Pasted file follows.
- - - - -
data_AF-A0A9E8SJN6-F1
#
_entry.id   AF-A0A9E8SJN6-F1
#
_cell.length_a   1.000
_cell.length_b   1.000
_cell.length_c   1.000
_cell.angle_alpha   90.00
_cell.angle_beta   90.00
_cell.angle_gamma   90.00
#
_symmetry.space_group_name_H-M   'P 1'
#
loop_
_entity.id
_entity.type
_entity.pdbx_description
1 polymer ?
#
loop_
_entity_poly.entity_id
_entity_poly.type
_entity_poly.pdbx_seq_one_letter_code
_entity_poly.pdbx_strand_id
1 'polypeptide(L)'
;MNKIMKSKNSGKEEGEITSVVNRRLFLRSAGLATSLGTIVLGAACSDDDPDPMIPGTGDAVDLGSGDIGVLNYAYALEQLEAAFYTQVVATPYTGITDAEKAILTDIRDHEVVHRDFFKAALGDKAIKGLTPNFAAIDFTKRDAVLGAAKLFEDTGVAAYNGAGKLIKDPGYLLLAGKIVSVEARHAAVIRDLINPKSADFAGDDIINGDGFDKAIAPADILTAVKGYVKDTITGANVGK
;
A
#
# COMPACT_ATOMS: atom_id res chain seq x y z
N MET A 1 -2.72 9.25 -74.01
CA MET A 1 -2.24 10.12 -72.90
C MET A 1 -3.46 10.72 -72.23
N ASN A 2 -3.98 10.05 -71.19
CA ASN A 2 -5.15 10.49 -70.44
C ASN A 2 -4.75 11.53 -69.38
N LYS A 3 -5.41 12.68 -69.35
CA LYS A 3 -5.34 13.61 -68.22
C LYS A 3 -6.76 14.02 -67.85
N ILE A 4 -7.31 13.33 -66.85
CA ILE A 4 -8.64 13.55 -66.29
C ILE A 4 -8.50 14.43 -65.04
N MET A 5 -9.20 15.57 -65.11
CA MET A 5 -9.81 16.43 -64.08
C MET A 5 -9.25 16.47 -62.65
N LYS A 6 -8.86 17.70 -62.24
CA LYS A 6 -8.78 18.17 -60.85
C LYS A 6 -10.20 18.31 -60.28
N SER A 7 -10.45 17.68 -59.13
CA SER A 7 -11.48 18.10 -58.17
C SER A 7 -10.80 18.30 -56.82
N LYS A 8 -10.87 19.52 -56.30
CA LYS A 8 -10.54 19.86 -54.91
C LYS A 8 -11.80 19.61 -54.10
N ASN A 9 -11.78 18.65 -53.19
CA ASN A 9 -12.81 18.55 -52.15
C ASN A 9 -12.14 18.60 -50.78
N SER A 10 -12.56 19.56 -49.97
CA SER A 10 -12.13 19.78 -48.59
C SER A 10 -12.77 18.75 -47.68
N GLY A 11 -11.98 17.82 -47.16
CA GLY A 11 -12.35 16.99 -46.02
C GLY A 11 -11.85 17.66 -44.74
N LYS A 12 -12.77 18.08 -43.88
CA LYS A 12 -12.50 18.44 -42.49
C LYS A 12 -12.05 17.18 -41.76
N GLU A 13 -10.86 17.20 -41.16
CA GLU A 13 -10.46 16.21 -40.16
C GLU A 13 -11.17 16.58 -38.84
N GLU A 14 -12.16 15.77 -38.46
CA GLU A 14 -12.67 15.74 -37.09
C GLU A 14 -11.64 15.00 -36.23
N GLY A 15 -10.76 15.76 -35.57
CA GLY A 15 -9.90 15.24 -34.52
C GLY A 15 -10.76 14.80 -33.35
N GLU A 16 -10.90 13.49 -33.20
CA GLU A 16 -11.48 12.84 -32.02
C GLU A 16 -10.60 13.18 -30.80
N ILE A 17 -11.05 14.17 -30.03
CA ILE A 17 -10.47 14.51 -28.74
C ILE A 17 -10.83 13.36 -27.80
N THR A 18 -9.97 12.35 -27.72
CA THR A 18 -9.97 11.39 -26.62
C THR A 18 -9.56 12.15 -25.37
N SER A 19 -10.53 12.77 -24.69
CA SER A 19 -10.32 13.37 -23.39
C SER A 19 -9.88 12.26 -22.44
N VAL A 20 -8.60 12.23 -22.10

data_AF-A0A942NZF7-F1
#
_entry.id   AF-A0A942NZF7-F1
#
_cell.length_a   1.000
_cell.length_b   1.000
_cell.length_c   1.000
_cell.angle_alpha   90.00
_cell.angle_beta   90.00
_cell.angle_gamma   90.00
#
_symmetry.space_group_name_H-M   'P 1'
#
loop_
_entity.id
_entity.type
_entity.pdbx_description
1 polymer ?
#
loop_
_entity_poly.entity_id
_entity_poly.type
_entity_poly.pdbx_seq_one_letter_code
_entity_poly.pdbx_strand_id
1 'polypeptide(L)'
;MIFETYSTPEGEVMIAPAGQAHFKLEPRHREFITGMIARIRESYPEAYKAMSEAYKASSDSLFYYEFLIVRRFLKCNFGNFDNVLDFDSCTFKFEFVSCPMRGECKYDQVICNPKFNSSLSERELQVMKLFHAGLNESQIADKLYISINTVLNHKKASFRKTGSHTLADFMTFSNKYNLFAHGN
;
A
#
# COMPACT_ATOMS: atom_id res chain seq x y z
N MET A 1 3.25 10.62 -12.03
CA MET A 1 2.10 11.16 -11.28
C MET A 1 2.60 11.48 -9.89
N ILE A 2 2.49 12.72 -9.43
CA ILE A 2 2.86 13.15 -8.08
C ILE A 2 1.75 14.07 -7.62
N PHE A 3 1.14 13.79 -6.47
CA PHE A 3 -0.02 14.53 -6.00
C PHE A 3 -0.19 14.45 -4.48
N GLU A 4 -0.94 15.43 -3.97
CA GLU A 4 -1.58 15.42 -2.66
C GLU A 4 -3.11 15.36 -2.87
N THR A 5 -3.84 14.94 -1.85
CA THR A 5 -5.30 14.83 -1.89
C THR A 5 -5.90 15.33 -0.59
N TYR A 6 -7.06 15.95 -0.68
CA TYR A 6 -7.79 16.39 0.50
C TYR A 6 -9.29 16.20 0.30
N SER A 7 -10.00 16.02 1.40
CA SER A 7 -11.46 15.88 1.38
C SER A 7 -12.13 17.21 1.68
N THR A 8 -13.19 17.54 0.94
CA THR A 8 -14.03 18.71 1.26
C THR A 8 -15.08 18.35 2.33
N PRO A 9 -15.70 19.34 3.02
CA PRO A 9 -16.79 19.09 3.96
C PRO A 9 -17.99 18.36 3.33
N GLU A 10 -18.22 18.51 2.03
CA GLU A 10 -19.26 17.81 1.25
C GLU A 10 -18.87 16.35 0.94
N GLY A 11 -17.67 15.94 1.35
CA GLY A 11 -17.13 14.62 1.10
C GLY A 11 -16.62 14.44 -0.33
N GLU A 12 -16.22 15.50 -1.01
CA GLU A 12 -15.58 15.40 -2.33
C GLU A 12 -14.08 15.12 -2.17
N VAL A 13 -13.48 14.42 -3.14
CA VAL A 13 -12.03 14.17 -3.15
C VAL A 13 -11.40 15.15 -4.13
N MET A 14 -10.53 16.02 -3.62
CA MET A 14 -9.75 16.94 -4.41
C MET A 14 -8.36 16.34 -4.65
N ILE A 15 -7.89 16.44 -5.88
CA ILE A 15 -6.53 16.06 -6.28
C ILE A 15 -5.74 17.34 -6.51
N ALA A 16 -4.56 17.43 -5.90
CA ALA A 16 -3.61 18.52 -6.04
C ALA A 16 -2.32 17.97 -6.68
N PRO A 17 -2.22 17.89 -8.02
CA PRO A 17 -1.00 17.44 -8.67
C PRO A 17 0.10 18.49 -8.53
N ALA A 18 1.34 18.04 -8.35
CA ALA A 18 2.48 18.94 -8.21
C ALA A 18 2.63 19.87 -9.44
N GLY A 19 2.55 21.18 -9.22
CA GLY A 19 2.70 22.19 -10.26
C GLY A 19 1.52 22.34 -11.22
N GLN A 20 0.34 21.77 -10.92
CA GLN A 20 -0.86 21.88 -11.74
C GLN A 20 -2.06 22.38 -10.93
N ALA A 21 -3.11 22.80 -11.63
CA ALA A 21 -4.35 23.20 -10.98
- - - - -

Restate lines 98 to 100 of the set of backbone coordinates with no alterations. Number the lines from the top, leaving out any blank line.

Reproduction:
_cell.angle_gamma   90.00
#
_symmetry.space_group_name_H-M   'P 1'